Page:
Section 1. No person, acting alone or in concert with others, may engage in disorderly conduct. Disorderly conduct consists of any of the following:
(1) behavior of a boisterious and tumultuous character in a residential area or a public place such that there is a clear and present danger of alarming persons where no legitimate reason for alarm exists; or
(2) interfering with the peaceful and lawful conduct of persons in or about their homes or public places under circumstances in which such conduct tends to cause or provoke a disturbance; or
(3) violent and forceful behavior at any time in or near a public place, such that there is a clear and present danger that free movement of other persons will be arrested or restrained, or other persons will be incapacitated in the lawful exercise of business or amusement; or
(4) behavior involving personal abuse or assault when such behavior creates a clear and present danger of causing assaults or affrays; or
(5) in a public or private place engages in violent, abusive, indecent, profane, boisterous, unreasonably loud, or otherwise disorderly conduct under circumstances in which such conduct tends to cause or provoke a disturbance; or
(6) wilful and malicious behavior that interrupts the speaker of any lawful assembly or impairs the lawful right of others to participate effectively in such assembly or meeting when such conduct tends to cause or provoke a disturbance; or
(7) behavior near a courthouse or other public building wherein judicial proceedings are being held, designed or having the effect of interfering with the administration of justice, whether by disrupting the courts or by intimidating the judges, witnesses, jurors, or other persons having business with the court; or
(8) behavior near any public building wherein matters affecting the public are being considered or deliberated, designed or having the effect of interfering with such proceedings under circumstances in which such conduct tends to cause or provoke a disturbance; or
(9) wilful and malicious behavior which obstructs or causes the obstruction of any doorway, hall, or any other passageway in a public building to such an extent that the employees, officers, and other persons, including visitors and tourists, having business with the government are denied entrance into, exit from, or free passage in such building; or
(10) behavior involving the display of any deadly weapon in a public place in such a manner as to alarm or frighten other persons present; or
(11) enters upon the property of another and for a lewd or unlawful purpose deliberately looks into a dwelling on the property through any window or other opening in it. Sec. 2. Any person who violates any of the provisions of Section 1 of this Article shall be guilty of a misdemeanor and upon conviction shall be punished by a fine of not more than Two Hundred Dollars ($200). For any second or subsequent conviction of any of the provisions of Section 1 of this Article such person shall be punished by a fine of not less than One Hundred Dollars ($100) nor more than One Thousand Dollars ($1,000), or by imprisonment in the county jail for not more than thirty (30) days or by both such fine and imprisonment.
Statement of Facts. Probation Revocation, March 25, 1970, p. 187
'Now, much more serious and more substantuating charge is the last charge against him, in that instead of cooperating and he did engage in unreasonable and disorderly conduct in a manner calculated to provoke disturbance by making the comment that he denies making, but that is testified to by two officers, with reference to overpowering the resistence and getting back into the room, despite the fact that he had been ejected from it at least twice and probably three times, and this sort of thing just cannot be tolerated, because a hospital is a place where people are supposed to be treated and helped, and the fact that these people may have been concerned about whether this man was alive or dead cannot be permitted to disrupt the orderly function of the public hospital. I think his action in-- in effect, inciting mob violence in this case by advocating that they storm the door of the room in which the nurses and the body and mother of the deceased were, clearly disorderly conduct in a manner to cause or provoke a disturbance. Therefore, the opinion and judgment of the Court that the defendant has violated the term of his probation, and that his probation should be, and is hereby, revoked.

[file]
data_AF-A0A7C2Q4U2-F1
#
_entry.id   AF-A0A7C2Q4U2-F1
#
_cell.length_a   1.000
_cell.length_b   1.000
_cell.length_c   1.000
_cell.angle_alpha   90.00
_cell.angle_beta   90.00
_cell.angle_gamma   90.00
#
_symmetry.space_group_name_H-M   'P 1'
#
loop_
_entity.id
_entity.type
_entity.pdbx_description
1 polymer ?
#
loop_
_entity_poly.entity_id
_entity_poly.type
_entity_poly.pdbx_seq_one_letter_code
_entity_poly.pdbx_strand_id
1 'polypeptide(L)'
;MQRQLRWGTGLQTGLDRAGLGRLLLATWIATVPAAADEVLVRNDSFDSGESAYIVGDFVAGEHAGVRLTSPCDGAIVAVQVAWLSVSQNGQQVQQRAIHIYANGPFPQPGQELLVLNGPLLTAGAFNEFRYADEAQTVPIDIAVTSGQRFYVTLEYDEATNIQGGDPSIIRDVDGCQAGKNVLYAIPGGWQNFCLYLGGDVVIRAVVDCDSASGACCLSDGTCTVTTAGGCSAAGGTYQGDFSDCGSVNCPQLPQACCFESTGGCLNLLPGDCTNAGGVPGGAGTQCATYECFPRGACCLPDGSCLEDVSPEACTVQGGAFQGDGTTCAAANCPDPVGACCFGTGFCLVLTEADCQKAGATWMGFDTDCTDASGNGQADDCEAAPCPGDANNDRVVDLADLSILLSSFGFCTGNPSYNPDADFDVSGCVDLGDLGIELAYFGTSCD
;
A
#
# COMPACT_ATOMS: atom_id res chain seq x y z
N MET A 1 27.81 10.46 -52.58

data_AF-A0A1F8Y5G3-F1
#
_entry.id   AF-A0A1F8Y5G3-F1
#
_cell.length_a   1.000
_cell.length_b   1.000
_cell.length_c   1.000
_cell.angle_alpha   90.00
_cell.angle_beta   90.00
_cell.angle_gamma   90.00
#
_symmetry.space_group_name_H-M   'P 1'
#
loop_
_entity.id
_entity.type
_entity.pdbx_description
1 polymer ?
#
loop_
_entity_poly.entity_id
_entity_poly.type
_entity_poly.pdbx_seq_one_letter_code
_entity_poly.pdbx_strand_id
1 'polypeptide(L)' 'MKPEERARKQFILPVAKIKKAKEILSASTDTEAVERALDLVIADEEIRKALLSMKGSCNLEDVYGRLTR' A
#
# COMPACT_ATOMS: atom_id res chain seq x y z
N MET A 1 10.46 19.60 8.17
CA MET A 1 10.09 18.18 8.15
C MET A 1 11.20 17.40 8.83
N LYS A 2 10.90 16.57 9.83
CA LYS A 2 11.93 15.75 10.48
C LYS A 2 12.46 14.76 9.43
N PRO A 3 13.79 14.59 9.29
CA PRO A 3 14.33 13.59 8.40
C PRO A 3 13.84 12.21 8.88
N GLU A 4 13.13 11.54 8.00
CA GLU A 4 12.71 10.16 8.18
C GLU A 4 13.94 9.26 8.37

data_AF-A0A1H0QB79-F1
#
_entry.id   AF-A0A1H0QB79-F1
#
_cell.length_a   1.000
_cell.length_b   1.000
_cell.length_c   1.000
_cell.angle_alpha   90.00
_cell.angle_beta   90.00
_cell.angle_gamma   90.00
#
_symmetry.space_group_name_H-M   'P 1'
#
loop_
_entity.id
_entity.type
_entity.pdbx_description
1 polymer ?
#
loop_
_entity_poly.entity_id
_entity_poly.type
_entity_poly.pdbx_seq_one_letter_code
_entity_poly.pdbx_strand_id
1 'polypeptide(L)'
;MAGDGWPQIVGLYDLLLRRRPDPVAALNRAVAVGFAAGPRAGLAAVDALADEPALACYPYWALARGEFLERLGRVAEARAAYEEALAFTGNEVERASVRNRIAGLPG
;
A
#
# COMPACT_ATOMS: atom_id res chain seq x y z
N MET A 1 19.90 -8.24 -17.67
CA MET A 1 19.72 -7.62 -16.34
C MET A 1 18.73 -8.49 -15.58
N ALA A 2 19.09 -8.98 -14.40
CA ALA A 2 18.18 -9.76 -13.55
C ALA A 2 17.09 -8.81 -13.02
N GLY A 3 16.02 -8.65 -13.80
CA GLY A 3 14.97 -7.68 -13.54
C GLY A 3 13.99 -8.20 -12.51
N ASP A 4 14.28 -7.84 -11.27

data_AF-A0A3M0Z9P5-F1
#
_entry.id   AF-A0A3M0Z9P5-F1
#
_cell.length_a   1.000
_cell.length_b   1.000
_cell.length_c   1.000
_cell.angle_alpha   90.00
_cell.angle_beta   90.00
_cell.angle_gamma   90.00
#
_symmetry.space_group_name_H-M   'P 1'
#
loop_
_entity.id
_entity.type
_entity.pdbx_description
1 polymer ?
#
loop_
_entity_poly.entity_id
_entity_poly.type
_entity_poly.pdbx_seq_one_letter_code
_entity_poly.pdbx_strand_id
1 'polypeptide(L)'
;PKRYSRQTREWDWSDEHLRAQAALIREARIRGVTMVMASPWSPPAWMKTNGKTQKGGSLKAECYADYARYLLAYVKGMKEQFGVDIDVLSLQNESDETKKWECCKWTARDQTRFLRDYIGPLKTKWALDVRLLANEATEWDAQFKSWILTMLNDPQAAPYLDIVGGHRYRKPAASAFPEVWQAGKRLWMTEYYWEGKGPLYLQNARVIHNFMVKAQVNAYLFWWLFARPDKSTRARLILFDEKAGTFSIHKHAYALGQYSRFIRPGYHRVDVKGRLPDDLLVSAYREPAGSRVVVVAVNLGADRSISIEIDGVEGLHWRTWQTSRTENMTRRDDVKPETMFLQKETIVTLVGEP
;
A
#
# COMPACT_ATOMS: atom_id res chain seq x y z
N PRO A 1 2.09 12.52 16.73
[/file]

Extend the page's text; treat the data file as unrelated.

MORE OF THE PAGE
It is evident from Judge Morrison's dissenting opinion that Pickens' first amendment claims were considered by the Texas Court of Criminal Appeals. See 466 S.W.2d at 566. Judge Morrison dissents 'because of a violation of the First Amendment of the Constitution of the United States.'
As reported in the opinion of the majority in the Texas Court of Criminal Appeals, 466 S.W.2d at 565, witness McAdams testified:
"I was standing with my back to the doorway, and Deputy Sheriff John P. Allen was standing there by the doors with me, and I heard Mr. Pickens make the statement in a loud voice that-- I don't recall the exact wording of it; it was to the effect that there aren't very many in there, and that if we all rushed them, we can get in; they can't stop us, I believe that was the ending of it."
Witness Allen stated: "And he said there is only three or four of them, and if we storm in the door, there is nothing they can do about it." 466 S.W.2d 563.
The majority opinion by Judge Odom in the Texas Court of Criminal Appeals seems to proceed on this theory. See 466 S.W.2d at 565
Pell v. Procunier, 1974, U.S. , , 94 S.Ct. 2800, , 40 L.Ed.2d , where Justice Stewart speaking for the Court said: '* * * a prison inmate retains those First Amendment rights that are not inconsistent with his status as a prisoner or with the legitimate penlogical objectives of the corrections system.' Also, see Procunier v. Martinez, 1974, U.S. , , 94 S.Ct. 1800, 40 L.Ed.2d 224 (Justice Douglas concurring, joined by Justices Brennan and Marshall) and - (94 S.Ct. 1800) (Justice Marshall concurring, joined by Justices Brennan and Douglas in Part II)